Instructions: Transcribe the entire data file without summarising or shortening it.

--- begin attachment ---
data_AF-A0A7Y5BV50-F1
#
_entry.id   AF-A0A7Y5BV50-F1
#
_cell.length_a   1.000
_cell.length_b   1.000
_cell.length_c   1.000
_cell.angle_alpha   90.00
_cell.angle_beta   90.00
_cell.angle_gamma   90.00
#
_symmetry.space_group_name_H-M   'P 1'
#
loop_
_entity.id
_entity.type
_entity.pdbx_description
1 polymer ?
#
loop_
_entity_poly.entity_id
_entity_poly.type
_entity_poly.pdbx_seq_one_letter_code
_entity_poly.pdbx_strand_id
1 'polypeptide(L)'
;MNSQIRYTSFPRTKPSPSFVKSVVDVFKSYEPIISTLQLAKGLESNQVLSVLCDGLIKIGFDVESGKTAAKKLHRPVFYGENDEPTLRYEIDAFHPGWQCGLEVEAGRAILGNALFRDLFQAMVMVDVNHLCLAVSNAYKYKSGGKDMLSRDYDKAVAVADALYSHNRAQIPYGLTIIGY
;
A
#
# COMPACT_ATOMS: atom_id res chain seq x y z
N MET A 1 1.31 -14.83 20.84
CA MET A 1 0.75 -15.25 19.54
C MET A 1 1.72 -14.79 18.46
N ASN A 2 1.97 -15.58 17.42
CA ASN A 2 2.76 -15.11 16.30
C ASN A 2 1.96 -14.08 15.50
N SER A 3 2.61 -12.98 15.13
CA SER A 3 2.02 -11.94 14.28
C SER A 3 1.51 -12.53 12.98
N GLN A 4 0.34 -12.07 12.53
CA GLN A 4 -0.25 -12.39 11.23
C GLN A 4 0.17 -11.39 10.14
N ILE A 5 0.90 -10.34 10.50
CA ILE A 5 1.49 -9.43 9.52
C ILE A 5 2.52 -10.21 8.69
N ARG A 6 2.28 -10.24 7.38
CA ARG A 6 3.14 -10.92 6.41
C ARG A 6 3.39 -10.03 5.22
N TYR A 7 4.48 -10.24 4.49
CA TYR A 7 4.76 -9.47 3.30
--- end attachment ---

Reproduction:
data_AF-A0A7Y5BV50-F1
#
_entry.id   AF-A0A7Y5BV50-F1
#
_cell.length_a   1.000
_cell.length_b   1.000
_cell.length_c   1.000
_cell.angle_alpha   90.00
_cell.angle_beta   90.00
_cell.angle_gamma   90.00
#
_symmetry.space_group_name_H-M   'P 1'
#
loop_
_entity.id
_entity.type
_entity.pdbx_description
1 polymer ?
#
loop_
_entity_poly.entity_id
_entity_poly.type
_entity_poly.pdbx_seq_one_letter_code
_entity_poly.pdbx_strand_id
1 'polypeptide(L)'
;MNSQIRYTSFPRTKPSPSFVKSVVDVFKSYEPIISTLQLAKGLESNQVLSVLCDGLIKIGFDVESGKTAAKKLHRPVFYGENDEPTLRYEIDAFHPGWQCGLEVEAGRAILGNALFRDLFQAMVMVDVNHLCLAVSNAYKYKSGGKDMLSRDYDKAVAVADALYSHNRAQIPYGLTIIGY
;
A
#
# COMPACT_ATOMS: atom_id res chain seq x y z
N MET A 1 1.31 -14.83 20.84
CA MET A 1 0.75 -15.25 19.54
C MET A 1 1.72 -14.79 18.46
N ASN A 2 1.97 -15.58 17.42
CA ASN A 2 2.76 -15.11 16.30
C ASN A 2 1.96 -14.08 15.50
N SER A 3 2.61 -12.98 15.13
CA SER A 3 2.02 -11.94 14.28
C SER A 3 1.51 -12.53 12.98
N GLN A 4 0.34 -12.07 12.53
CA GLN A 4 -0.25 -12.39 11.23
C GLN A 4 0.17 -11.39 10.14
N ILE A 5 0.90 -10.34 10.50
CA ILE A 5 1.49 -9.43 9.52
C ILE A 5 2.52 -10.21 8.69
N ARG A 6 2.28 -10.24 7.38
CA ARG A 6 3.14 -10.92 6.41
C ARG A 6 3.39 -10.03 5.22
N TYR A 7 4.48 -10.24 4.49
CA TYR A 7 4.76 -9.47 3.30